When the email response finally came in, the one from the agency with my novel’s title in the subject heading, I was overwhelmed with a sudden realization.


Even before I read the email, I realized I simply did not care what they thought. That may not seem like a big deal, but I’ve spent my entire “career” as a writer living and dying by what agents, producers, editors, and publishers thought of my work. It was totally up to them as to whether my particular story would live another day or die a slow, languishing death.  And it was always death. Always. Over and over, I’ve been told I’m a good writer, told I have talent, and yet they always PASS.

Things are different now. For the last year, I’ve been laboring to get my favorite novel. QUEEN HENRY, ready for self-publication. No, it’s not going to be on the shelves of Barnes and Noble, Books A Million, or on any library shelf. But it will be out there. If I get five readers, that will be five more than usually read my work. This time, there’s no maybe about it. As long as I’m still alive in 12 weeks, THIS IS GOING TO HAPPEN.

The same day I got the email from the agency, I’d spent the day making some final changes to QUEEN HENRY based on my latest editor’s feedback. I guess I was feeling especially productive and very attached to the material I was working on because I knew it was actually going somewhere come July. Suddenly, it just didn’t matter what the traditional publishing world thought of me because it was totally irrelevant.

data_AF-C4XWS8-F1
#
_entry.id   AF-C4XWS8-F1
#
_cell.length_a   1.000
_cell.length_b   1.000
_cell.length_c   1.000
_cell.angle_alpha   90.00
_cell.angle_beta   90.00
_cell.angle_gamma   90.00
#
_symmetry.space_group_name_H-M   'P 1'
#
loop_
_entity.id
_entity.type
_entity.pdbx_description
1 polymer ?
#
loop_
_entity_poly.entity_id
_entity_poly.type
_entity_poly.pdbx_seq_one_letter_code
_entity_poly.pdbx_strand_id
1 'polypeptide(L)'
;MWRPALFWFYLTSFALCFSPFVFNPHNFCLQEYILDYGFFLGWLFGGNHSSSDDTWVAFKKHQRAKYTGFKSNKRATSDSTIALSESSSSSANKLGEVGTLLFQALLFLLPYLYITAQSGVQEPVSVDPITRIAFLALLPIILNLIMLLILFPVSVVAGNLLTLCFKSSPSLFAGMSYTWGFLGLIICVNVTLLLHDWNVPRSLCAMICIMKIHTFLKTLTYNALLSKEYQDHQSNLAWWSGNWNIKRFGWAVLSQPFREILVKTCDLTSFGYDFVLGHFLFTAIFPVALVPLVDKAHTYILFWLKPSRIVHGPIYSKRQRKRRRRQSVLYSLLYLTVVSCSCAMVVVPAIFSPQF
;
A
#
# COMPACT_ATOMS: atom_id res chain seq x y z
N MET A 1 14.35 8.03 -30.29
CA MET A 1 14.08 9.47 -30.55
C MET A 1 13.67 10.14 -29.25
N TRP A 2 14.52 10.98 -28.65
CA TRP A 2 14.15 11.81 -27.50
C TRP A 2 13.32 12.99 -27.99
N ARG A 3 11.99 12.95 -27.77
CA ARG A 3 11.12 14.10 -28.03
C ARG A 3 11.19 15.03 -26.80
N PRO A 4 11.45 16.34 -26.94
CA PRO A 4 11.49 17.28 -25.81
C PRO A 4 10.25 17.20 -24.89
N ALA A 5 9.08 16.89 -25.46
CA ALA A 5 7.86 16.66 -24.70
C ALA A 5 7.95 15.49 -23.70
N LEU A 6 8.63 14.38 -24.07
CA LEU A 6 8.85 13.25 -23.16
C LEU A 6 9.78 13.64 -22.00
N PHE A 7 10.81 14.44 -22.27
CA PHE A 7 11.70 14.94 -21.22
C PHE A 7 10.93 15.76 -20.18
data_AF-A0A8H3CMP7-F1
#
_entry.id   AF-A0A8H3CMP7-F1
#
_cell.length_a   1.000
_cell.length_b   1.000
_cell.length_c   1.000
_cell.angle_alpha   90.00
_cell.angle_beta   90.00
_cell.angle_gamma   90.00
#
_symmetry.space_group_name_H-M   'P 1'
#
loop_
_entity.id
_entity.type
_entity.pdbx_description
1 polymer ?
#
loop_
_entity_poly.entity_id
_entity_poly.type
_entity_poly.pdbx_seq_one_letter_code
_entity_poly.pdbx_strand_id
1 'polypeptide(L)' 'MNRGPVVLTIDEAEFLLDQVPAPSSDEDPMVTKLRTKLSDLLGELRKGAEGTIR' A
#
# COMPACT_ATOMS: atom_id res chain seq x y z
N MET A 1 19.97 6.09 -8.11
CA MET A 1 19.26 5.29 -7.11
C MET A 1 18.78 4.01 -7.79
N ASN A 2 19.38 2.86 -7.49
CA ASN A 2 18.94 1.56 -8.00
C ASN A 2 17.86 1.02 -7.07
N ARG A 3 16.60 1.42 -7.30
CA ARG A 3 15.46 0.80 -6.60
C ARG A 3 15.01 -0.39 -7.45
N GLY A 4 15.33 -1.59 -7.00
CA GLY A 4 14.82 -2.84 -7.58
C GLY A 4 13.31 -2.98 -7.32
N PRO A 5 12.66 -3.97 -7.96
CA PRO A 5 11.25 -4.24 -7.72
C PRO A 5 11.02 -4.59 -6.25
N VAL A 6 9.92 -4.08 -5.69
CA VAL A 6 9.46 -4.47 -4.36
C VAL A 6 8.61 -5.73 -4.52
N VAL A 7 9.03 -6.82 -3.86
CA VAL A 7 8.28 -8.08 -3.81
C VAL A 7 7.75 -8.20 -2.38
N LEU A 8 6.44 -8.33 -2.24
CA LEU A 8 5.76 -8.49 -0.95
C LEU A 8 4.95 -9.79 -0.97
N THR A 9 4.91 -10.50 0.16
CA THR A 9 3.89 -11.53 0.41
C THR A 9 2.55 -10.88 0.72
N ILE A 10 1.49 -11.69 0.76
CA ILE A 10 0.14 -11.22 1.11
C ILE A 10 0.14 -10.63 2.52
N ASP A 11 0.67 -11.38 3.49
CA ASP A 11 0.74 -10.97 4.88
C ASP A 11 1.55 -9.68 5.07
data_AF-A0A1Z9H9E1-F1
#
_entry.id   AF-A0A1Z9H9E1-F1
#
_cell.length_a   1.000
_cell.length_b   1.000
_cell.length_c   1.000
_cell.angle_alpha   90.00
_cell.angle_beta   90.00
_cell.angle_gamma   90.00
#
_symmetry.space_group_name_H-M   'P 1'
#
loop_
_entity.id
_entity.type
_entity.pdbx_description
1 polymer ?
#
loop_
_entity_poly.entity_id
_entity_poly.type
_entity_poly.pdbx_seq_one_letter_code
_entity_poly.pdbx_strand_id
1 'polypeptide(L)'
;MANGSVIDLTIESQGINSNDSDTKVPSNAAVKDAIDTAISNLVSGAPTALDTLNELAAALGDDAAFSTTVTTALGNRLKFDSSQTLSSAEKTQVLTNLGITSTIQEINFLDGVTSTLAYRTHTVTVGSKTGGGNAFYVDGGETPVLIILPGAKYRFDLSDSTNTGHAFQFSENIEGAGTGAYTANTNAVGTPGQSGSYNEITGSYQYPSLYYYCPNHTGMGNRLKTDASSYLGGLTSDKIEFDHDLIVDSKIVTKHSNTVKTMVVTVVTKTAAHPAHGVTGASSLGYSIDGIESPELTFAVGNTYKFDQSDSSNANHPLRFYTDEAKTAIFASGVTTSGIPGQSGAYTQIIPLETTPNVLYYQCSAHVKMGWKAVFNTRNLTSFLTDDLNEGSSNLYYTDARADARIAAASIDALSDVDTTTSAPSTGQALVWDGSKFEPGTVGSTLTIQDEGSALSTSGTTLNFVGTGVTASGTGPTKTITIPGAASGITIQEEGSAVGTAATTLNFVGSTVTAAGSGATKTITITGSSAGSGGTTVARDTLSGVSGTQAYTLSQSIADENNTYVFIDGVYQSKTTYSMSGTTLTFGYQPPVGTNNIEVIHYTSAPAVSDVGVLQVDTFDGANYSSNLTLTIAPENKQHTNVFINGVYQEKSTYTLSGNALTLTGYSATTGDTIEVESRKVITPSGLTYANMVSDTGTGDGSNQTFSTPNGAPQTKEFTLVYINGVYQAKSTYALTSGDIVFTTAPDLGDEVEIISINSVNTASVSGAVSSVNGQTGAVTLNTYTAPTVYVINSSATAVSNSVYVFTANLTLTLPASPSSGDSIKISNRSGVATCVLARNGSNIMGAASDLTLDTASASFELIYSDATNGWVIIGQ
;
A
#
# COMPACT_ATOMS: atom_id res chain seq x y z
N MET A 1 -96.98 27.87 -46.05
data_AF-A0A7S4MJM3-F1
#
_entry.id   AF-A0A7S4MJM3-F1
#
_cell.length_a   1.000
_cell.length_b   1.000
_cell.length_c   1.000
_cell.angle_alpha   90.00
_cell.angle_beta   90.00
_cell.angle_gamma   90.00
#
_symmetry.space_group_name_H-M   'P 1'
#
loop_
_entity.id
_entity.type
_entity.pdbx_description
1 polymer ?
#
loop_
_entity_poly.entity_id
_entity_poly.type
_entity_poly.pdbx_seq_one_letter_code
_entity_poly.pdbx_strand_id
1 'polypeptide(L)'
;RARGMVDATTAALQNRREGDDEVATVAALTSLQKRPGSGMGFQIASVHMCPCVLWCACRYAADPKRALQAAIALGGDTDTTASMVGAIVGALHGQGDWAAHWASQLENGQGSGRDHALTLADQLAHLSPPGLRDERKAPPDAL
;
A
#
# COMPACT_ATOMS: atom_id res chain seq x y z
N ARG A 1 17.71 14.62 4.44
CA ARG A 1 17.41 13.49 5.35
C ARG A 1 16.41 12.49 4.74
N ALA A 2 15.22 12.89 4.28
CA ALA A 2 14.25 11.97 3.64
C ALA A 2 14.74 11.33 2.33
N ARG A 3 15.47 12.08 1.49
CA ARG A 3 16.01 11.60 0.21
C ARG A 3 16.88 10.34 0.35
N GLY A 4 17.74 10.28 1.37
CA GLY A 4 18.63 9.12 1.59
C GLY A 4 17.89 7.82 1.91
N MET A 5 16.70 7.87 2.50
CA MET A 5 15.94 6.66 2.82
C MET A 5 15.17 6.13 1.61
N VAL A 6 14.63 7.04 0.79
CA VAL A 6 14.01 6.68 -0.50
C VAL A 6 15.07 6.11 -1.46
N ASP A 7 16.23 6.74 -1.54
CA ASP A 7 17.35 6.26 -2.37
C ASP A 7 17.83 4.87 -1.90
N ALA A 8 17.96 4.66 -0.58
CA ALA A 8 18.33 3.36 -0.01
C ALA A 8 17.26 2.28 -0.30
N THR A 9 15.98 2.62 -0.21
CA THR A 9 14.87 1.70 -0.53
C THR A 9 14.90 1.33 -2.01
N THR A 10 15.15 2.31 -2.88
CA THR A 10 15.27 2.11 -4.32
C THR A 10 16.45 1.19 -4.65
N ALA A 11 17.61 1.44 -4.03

The truth is that NOBODY knows what’s going to sell. Both traditional and self-publishers just make the best guess we can about what’s going to please the reader, but nobody knows for sure. The great thing is that, these days, a self-published author has just as much of a shot of being successful as a traditional published one. Sure, we may not sell as many copies as an author who’s backed by an agent and publisher, but we’re not forking over 80% of our profits, either. We don’t have to sell as many books to be successful. Since nobody knows what will sell, it makes sense for self-publishers to write the best book we can, release it to world, and then get to work on the next one. In the first one doesn’t sell, that sucks, but oh, well. There’s more where that came from. With traditional publishers, the door is slammed shut on 99% of writers before they even get a chance. Who knows how many bestsellers there could be in that large group of writers? It’s not really the publishers’ fault. It’s just business. It’s just not a particularly great business model anymore, which is why it’s failing…